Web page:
Growing the colony

Macquarie’s feats as Governor are many. He launched a currency for the colony and assisted in establishing its first bank. Macquarie expanded the settlement west over the Blue Mountains and north and south along the coastline. The expansion created conditions that led to the colony becoming almost self-sufficient.

Macquarie began a program of public works construction and town planning and, by 1822, he had sponsored more than 200 building works. Hyde Park Barracks, the Conservatorium of Music, NSW Parliament House and St. James Church are just some of the buildings Macquarie commissioned that survive to this day. Macquarie is also known for having more places named after himself than any other person in Australia.

Inquiry and resignation

Macquarie’s promotion of emancipists and his public works program attracted criticism and, in 1819, John Thomas Bigge arrived in Sydney to undertake an inquiry. The resulting report was critical of Macquarie’s expenditure in the colony and the appointment of emancipists to public positions – for example, Francis Greenway, the architect of Macquarie Lighthouse in Vaucluse. As a result, Macquarie endeavoured to resign as Governor. In March 1820, he learned his third application to resign had been accepted, and in February 1822, he sailed home to Britain. 

Macquarie spent the rest of his life trying to secure his promised pension and attempting to restore his reputation. He died on 1 July 1824, survived by his wife and son. His body was taken to Mull and buried at Jarvisfield. The family tomb is now administered by the National Trust of Australia.

A layered legacy  

Macquarie not only encouraged Britain to adopt the term Australia (first used by Matthew Flinders), he positioned the settlement to progress from a penal colony to a vibrant, successful egalitarian country.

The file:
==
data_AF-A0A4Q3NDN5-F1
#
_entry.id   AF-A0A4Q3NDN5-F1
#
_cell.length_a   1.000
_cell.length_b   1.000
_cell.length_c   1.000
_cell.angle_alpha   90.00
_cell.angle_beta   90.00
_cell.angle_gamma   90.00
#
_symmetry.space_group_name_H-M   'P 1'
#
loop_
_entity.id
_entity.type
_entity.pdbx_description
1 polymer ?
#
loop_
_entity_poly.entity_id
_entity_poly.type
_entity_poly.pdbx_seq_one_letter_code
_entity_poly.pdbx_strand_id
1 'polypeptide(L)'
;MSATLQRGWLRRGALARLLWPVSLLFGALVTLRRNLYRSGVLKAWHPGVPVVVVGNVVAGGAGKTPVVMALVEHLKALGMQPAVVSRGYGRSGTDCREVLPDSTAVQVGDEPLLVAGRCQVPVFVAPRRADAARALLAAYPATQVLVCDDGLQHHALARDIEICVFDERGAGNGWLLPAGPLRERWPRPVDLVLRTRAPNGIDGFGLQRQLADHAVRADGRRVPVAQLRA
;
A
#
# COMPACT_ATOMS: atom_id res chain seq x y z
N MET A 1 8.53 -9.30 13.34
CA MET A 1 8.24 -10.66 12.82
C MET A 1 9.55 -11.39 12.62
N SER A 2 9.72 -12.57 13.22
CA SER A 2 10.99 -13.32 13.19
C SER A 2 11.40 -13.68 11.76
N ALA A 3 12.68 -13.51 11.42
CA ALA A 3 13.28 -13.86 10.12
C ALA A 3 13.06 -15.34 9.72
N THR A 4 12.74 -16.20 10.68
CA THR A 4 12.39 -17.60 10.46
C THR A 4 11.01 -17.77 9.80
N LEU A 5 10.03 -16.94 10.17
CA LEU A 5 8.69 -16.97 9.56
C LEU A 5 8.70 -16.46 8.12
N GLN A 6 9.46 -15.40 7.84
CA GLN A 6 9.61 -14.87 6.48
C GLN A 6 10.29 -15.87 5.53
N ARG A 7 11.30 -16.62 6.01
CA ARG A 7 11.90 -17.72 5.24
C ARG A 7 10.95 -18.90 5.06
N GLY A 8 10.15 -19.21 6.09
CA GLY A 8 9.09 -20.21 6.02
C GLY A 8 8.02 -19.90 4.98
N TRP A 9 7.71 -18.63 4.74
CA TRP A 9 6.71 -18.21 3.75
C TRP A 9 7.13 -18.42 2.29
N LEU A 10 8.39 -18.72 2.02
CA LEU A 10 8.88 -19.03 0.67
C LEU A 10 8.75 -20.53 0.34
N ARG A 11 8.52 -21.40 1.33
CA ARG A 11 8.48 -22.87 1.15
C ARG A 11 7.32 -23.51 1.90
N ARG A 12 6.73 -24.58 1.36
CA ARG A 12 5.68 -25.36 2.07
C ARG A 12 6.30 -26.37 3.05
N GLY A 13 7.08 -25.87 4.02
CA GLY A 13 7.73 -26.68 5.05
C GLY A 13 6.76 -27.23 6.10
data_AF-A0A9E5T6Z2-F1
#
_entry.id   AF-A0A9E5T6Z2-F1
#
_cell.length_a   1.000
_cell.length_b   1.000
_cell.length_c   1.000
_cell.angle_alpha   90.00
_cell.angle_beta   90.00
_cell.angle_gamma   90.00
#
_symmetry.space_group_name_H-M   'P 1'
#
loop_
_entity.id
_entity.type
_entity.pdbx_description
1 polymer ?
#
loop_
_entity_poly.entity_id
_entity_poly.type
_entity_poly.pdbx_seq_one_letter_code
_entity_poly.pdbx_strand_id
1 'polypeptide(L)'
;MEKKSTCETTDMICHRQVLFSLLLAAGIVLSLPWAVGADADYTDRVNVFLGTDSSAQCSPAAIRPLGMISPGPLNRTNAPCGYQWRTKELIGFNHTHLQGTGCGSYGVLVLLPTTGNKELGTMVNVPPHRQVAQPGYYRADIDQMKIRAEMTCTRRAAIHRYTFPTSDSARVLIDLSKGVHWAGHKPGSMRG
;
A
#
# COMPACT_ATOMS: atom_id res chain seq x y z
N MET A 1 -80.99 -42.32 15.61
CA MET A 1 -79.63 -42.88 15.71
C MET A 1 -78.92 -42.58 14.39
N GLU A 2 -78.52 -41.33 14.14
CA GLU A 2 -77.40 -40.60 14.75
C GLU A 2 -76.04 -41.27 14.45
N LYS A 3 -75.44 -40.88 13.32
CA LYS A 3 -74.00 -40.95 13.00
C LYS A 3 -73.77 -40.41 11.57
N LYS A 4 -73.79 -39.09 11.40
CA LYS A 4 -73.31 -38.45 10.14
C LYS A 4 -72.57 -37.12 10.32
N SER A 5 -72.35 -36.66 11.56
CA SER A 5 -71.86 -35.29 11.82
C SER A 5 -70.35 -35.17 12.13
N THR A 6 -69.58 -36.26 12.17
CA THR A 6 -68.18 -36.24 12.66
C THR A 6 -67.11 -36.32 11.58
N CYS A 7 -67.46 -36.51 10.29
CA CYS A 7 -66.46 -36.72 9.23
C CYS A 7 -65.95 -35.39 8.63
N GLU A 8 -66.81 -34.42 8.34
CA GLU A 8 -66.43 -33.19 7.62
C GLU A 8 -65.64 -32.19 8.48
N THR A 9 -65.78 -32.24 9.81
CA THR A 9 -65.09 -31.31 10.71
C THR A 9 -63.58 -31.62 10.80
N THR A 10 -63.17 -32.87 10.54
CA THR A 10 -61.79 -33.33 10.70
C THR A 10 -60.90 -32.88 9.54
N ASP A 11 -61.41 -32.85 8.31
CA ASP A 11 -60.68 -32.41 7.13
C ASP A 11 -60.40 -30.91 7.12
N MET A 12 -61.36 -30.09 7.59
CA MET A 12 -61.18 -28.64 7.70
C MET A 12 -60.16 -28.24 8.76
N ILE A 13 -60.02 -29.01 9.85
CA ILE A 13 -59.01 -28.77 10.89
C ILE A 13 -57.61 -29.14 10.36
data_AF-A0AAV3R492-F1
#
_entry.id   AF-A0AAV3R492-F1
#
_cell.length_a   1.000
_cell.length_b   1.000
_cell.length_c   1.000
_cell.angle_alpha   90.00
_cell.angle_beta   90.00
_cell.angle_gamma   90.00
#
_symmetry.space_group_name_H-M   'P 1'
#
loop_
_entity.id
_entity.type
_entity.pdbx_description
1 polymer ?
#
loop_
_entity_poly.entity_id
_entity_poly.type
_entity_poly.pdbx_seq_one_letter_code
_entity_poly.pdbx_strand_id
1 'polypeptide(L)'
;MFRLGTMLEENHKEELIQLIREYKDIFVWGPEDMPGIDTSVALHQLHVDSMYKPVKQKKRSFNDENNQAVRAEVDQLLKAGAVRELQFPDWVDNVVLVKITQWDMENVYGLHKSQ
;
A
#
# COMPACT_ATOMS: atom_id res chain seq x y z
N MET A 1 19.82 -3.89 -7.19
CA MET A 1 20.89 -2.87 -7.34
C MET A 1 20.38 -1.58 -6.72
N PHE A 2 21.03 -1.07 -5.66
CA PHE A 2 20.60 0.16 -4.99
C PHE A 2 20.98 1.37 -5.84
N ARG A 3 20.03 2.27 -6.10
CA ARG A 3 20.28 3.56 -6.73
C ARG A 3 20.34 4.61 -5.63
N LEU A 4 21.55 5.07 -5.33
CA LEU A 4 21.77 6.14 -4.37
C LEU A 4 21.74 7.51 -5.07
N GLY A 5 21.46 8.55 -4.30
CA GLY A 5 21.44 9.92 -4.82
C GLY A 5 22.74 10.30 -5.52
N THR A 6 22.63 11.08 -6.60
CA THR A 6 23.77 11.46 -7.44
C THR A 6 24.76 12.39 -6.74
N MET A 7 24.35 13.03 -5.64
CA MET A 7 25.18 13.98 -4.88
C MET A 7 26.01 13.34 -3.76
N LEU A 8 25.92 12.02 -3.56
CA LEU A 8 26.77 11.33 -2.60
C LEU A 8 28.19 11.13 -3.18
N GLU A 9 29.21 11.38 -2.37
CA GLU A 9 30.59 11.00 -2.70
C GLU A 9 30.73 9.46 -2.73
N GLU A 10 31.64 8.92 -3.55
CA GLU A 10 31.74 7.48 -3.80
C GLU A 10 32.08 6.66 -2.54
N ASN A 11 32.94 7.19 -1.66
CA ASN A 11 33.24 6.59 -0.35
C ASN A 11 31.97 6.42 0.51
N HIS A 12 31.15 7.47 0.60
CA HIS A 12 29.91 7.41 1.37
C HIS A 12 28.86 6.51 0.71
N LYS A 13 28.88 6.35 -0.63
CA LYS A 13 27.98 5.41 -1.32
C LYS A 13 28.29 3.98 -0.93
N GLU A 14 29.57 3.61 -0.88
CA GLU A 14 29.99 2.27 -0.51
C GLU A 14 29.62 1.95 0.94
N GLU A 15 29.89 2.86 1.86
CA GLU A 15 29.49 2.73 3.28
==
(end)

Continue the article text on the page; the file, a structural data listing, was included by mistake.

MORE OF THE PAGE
Despite his reputation as a nation builder, Macquarie has drawn criticism for his treatment of First Nations Peoples and his attempts to assimilate them through native schools and the promotion of European agricultural practices.

In April 1816, seeking to counteract raids against colonists, Macquarie authorised a campaign of ‘terror’, with soldiers ordered to kill or capture Aboriginal people who didn’t submit to colonial rule. Consequently, at least 14 men, women and children were killed at Appin, near the Nepean River. In correspondence, Macquarie acknowledged that innocent people might be caught up in the military operation.

The Harbour Trust manages destinations that are associated with Macquarie. Notably, Georges Heights in Mosman was where Macquarie granted farmland to celebrated Garigal pioneer, diplomat and leader Bungaree in February 1815. The Harbour Trust also protects Macquarie Lightstation, which is the site of Australia’s first lighthouse, constructed on Macquarie’s orders and completed in 1818.




Article was originally published on 16 May 2023.


“Macquarie has more places named after himself than any other person in Australia.”

- Michele

Helpful links

Learn more about Macquarie Lightstation, including Australia's first lighthouse, and plan your trip.